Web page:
A rise in whale sightings has prompted a new awareness campaign to keep both humans and mammals safe.

See a blow? Go slow

The Marine Education and Research Society (MERS) has launched a new awareness campaign

The Marine Education and Research Society (MERS) has launched a new awareness campaign in an attempt to keep both boaters and our coastal wildlife friends safe.

MERS launched its new “See a Blow? Go Slow!” campaign in response to a rise in humpback whale sightings along the coast. They say whales and other marine mammals can surface suddenly and unpredictably and so are reminding boaters of a few points to remember out on the water.

Watch the water. Always be on the lookout not only for actual whale blows, but also for other signals that may signal the presence of whales, such as large groupings of sea birds. Large aggregations of birds often mean that there is a lot of feed in an area and therefore an enhanced chance of whale presence.

Watch for boats flying triangular yellow pennants with black letters and numbers, or a white flag with a yellow and red circle and a whale tail. The triangular pennants are flown by operators working under a Fisheries and Oceans licence to undertake research on marine mammals, which may involve approaching the animals approaching marine mammals for research purposes.

Know the areas traditionally dense in whales. MERS has created a map of known whale densities around Campbell River and Quadra Island. Areas highlighted on the map include between Campbell River and Quadra Island, between Bloedel and Quadra and up near Rock Bay.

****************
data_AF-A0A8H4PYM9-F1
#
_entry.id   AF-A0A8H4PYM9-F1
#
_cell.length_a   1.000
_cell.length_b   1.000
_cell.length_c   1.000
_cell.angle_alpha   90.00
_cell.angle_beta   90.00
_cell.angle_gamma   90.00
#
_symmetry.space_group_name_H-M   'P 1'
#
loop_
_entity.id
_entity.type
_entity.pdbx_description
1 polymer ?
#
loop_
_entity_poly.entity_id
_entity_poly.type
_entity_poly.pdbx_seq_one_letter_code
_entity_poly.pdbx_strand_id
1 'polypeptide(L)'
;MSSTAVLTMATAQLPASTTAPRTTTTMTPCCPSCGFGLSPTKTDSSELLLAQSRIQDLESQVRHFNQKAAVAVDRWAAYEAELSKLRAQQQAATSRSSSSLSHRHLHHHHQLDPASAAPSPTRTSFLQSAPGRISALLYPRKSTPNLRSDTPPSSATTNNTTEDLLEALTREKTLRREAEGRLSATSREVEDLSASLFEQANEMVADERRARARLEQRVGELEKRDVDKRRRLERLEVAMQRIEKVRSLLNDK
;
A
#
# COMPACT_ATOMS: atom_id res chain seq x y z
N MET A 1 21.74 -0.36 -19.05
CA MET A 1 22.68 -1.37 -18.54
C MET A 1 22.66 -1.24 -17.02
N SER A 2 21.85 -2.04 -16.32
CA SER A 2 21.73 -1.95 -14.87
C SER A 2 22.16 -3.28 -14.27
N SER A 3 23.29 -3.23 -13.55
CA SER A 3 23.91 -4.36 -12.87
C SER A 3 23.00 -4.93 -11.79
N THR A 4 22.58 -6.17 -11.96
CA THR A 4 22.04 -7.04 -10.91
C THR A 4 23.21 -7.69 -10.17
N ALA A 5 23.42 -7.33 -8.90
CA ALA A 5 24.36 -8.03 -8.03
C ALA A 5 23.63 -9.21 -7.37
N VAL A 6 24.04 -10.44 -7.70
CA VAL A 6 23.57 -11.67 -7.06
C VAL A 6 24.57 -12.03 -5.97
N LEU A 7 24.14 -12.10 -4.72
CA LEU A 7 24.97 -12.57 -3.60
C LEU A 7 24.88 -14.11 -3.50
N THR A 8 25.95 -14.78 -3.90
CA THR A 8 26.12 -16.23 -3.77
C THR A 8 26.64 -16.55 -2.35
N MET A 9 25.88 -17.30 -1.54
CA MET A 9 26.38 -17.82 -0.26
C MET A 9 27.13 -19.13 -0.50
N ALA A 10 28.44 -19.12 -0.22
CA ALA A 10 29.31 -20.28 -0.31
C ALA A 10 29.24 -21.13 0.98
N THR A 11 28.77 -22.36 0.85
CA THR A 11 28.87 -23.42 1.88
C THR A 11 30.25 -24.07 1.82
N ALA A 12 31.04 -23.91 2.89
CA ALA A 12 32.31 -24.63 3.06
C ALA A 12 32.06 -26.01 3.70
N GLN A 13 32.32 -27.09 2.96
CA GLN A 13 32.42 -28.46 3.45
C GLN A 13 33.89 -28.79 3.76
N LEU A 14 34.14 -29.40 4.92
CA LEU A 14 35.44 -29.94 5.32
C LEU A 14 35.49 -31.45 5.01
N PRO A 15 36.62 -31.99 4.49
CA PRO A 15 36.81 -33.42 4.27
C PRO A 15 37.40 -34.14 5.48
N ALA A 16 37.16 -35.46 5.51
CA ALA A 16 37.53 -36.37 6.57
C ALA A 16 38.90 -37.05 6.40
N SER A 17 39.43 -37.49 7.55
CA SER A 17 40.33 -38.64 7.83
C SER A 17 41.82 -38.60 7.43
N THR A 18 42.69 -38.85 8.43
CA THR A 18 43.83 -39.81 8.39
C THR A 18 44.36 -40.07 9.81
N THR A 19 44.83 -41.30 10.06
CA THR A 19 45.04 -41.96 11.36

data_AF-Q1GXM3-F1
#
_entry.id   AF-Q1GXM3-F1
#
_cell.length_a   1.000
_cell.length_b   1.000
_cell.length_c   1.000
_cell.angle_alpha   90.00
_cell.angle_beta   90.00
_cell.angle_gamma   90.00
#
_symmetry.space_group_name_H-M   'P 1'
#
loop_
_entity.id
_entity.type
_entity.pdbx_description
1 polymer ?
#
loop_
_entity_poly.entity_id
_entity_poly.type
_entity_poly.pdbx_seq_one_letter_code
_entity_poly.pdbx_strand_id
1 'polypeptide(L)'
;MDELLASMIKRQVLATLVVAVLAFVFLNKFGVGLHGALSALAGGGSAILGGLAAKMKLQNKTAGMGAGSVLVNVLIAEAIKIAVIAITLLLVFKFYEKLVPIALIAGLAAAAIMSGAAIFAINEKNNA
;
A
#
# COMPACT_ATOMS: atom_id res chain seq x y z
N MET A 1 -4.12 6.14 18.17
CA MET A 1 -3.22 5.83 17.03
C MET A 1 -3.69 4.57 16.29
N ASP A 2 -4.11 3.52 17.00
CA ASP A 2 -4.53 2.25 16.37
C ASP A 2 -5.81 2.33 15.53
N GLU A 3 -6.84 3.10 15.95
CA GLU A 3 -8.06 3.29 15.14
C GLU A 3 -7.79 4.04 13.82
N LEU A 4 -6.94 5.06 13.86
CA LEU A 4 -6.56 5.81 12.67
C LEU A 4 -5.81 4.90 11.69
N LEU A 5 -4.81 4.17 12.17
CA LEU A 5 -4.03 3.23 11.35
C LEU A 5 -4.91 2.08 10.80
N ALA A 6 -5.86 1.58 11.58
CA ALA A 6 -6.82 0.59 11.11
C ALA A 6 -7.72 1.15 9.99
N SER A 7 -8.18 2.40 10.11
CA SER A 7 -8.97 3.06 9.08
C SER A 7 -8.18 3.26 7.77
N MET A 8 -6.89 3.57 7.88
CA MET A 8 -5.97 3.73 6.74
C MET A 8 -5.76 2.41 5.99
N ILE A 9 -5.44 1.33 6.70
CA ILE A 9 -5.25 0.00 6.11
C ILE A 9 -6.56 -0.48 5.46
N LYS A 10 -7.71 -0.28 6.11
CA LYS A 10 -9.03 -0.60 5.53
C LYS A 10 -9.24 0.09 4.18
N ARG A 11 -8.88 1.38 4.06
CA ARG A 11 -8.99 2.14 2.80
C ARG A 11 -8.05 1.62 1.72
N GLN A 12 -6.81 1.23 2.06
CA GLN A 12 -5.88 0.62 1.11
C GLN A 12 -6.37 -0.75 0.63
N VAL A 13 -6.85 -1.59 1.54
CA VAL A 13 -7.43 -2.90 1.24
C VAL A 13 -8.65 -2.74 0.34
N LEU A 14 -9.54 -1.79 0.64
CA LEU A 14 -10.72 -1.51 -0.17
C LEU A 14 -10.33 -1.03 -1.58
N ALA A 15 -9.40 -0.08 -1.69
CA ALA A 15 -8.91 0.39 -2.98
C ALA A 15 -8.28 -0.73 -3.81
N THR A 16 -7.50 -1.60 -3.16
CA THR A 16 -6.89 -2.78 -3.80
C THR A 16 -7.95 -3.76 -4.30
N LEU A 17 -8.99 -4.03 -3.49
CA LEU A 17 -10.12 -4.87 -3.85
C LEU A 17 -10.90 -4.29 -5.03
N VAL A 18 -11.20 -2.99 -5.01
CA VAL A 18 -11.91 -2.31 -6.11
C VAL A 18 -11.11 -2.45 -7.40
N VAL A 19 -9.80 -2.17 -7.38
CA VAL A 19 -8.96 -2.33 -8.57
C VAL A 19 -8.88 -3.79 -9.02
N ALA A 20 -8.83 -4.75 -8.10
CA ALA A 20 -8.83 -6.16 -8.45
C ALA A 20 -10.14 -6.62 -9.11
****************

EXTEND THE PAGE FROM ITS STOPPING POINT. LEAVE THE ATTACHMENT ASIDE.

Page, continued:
When whales are actually sighted, MERS is reminding boaters of the 100-metre rule. Boaters are not to approach whales or position their boats within 100m of a whale at any time, and if they find themselves within 100m of a whale for any reason, to immediately place engines in neutral or turn them off altogether until they are outside that range. When within 400m of a whale, boaters are asked to slow to less than seven knots and avoid abrupt course changes.

MERS Is also saying that with increasing numbers of sightings comes increased risk of entanglement. Research MERS has conducted suggests that possibly as many as half of B.C. humpback whales have been entangled at some point in their lives.

If you encounter a humpback that is entangled, contact the Department of Fisheries and Oceans incident line (1-800-465-4336) immediately with the location of the whale, and stay with the whale (at a distance) until trained help arrives or another boat takes on the tracking of the animal.